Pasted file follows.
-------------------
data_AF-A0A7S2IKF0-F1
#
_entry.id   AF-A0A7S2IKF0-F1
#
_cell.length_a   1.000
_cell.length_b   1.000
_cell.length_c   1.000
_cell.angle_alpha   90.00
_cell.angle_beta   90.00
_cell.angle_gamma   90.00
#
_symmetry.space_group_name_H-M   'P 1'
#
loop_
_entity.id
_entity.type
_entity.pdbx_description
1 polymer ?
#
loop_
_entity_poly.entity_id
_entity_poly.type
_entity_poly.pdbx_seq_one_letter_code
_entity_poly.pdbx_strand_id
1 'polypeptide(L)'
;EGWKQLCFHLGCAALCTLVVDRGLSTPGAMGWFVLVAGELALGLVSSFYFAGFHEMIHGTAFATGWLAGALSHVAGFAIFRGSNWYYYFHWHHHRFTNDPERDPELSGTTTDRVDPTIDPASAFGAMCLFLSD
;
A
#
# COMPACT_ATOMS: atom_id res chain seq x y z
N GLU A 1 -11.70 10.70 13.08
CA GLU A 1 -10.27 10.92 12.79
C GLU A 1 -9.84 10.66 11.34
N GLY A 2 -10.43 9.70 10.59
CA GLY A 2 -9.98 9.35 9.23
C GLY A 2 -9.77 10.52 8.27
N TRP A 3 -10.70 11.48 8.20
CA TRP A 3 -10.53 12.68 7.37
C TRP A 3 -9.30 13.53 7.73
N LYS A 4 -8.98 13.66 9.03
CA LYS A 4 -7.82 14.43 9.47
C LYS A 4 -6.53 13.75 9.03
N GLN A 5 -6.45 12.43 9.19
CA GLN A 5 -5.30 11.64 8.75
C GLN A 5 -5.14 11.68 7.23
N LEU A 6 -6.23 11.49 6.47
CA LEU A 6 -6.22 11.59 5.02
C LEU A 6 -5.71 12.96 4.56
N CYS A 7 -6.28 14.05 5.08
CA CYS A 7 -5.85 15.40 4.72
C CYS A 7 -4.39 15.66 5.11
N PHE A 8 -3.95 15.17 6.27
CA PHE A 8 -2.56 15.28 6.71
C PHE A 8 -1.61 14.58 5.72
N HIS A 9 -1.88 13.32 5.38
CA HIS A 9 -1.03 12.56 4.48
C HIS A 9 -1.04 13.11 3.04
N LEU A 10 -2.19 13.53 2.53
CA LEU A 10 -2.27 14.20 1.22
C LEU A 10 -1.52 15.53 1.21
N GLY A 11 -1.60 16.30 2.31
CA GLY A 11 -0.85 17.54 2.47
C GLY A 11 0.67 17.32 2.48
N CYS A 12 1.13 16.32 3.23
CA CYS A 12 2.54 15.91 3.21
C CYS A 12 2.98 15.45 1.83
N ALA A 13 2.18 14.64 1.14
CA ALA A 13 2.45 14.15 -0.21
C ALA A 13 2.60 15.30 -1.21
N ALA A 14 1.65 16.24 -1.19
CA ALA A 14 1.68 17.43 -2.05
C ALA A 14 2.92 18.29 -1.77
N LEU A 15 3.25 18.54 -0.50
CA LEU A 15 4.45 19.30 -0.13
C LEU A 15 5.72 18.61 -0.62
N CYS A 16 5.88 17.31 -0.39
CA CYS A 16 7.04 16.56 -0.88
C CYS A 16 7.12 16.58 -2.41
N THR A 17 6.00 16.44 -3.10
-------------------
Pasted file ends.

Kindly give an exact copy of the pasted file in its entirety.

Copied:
data_AF-A0A7S2IKF0-F1
#
_entry.id   AF-A0A7S2IKF0-F1
#
_cell.length_a   1.000
_cell.length_b   1.000
_cell.length_c   1.000
_cell.angle_alpha   90.00
_cell.angle_beta   90.00
_cell.angle_gamma   90.00
#
_symmetry.space_group_name_H-M   'P 1'
#
loop_
_entity.id
_entity.type
_entity.pdbx_description
1 polymer ?
#
loop_
_entity_poly.entity_id
_entity_poly.type
_entity_poly.pdbx_seq_one_letter_code
_entity_poly.pdbx_strand_id
1 'polypeptide(L)'
;EGWKQLCFHLGCAALCTLVVDRGLSTPGAMGWFVLVAGELALGLVSSFYFAGFHEMIHGTAFATGWLAGALSHVAGFAIFRGSNWYYYFHWHHHRFTNDPERDPELSGTTTDRVDPTIDPASAFGAMCLFLSD
;
A
#
# COMPACT_ATOMS: atom_id res chain seq x y z
N GLU A 1 -11.70 10.70 13.08
CA GLU A 1 -10.27 10.92 12.79
C GLU A 1 -9.84 10.66 11.34
N GLY A 2 -10.43 9.70 10.59
CA GLY A 2 -9.98 9.35 9.23
C GLY A 2 -9.77 10.52 8.27
N TRP A 3 -10.70 11.48 8.20
CA TRP A 3 -10.53 12.68 7.37
C TRP A 3 -9.30 13.53 7.73
N LYS A 4 -8.98 13.66 9.03
CA LYS A 4 -7.82 14.43 9.47
C LYS A 4 -6.53 13.75 9.03
N GLN A 5 -6.45 12.43 9.19
CA GLN A 5 -5.30 11.64 8.75
C GLN A 5 -5.14 11.68 7.23
N LEU A 6 -6.23 11.49 6.47
CA LEU A 6 -6.22 11.59 5.02
C LEU A 6 -5.71 12.96 4.56
N CYS A 7 -6.28 14.05 5.08
CA CYS A 7 -5.85 15.40 4.72
C CYS A 7 -4.39 15.66 5.11
N PHE A 8 -3.95 15.17 6.27
CA PHE A 8 -2.56 15.28 6.71
C PHE A 8 -1.61 14.58 5.72
N HIS A 9 -1.88 13.32 5.38
CA HIS A 9 -1.03 12.56 4.48
C HIS A 9 -1.04 13.11 3.04
N LEU A 10 -2.19 13.53 2.53
CA LEU A 10 -2.27 14.20 1.22
C LEU A 10 -1.52 15.53 1.21
N GLY A 11 -1.60 16.30 2.31
CA GLY A 11 -0.85 17.54 2.47
C GLY A 11 0.67 17.32 2.48
N CYS A 12 1.13 16.32 3.23
CA CYS A 12 2.54 15.91 3.21
C CYS A 12 2.98 15.45 1.83
N ALA A 13 2.18 14.64 1.14
CA ALA A 13 2.45 14.15 -0.21
C ALA A 13 2.60 15.30 -1.21
N ALA A 14 1.65 16.24 -1.19
CA ALA A 14 1.68 17.43 -2.05
C ALA A 14 2.92 18.29 -1.77
N LEU A 15 3.25 18.54 -0.50
CA LEU A 15 4.45 19.30 -0.13
C LEU A 15 5.72 18.61 -0.62
N CYS A 16 5.88 17.31 -0.39
CA CYS A 16 7.04 16.56 -0.88
C CYS A 16 7.12 16.58 -2.41
N THR A 17 6.00 16.44 -3.10